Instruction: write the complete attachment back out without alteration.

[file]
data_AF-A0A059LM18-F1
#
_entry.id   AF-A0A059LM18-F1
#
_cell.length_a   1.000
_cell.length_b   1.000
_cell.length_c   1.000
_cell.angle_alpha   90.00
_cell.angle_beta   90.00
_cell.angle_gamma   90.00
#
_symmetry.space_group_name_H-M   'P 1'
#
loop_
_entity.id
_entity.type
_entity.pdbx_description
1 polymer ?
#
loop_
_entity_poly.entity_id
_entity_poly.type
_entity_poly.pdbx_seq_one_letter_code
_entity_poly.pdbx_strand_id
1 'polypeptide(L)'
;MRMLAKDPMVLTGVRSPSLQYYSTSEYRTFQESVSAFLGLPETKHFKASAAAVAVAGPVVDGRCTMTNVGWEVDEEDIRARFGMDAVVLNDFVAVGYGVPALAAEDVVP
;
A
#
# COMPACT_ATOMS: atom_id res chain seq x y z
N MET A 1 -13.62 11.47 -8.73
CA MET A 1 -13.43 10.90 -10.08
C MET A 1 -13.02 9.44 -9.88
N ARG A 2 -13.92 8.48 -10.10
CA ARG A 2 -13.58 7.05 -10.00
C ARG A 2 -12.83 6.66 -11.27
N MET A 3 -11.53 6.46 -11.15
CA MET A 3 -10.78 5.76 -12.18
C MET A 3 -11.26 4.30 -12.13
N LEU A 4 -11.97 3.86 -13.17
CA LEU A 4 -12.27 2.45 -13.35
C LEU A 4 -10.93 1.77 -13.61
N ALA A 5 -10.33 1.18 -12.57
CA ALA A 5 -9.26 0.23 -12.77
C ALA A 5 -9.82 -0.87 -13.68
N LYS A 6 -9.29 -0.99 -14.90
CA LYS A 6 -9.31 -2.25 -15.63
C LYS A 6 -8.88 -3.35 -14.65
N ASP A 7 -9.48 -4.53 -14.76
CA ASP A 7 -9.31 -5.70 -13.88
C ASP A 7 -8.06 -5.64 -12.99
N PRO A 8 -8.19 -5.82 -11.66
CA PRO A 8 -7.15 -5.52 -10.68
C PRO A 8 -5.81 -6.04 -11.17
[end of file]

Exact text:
data_AF-A0A059LM18-F1
#
_entry.id   AF-A0A059LM18-F1
#
_cell.length_a   1.000
_cell.length_b   1.000
_cell.length_c   1.000
_cell.angle_alpha   90.00
_cell.angle_beta   90.00
_cell.angle_gamma   90.00
#
_symmetry.space_group_name_H-M   'P 1'
#
loop_
_entity.id
_entity.type
_entity.pdbx_description
1 polymer ?
#
loop_
_entity_poly.entity_id
_entity_poly.type
_entity_poly.pdbx_seq_one_letter_code
_entity_poly.pdbx_strand_id
1 'polypeptide(L)'
;MRMLAKDPMVLTGVRSPSLQYYSTSEYRTFQESVSAFLGLPETKHFKASAAAVAVAGPVVDGRCTMTNVGWEVDEEDIRARFGMDAVVLNDFVAVGYGVPALAAEDVVP
;
A
#
# COMPACT_ATOMS: atom_id res chain seq x y z
N MET A 1 -13.62 11.47 -8.73
CA MET A 1 -13.43 10.90 -10.08
C MET A 1 -13.02 9.44 -9.88
N ARG A 2 -13.92 8.48 -10.10
CA ARG A 2 -13.58 7.05 -10.00
C ARG A 2 -12.83 6.66 -11.27
N MET A 3 -11.53 6.46 -11.15
CA MET A 3 -10.78 5.76 -12.18
C MET A 3 -11.26 4.30 -12.13
N LEU A 4 -11.97 3.86 -13.17
CA LEU A 4 -12.27 2.45 -13.35
C LEU A 4 -10.93 1.77 -13.61
N ALA A 5 -10.33 1.18 -12.57
CA ALA A 5 -9.26 0.23 -12.77
C ALA A 5 -9.82 -0.87 -13.68
N LYS A 6 -9.29 -0.99 -14.90
CA LYS A 6 -9.31 -2.25 -15.63
C LYS A 6 -8.88 -3.35 -14.65
N ASP A 7 -9.48 -4.53 -14.76
CA ASP A 7 -9.31 -5.70 -13.88
C ASP A 7 -8.06 -5.64 -12.99
N PRO A 8 -8.19 -5.82 -11.66
CA PRO A 8 -7.15 -5.52 -10.68
C PRO A 8 -5.81 -6.04 -11.17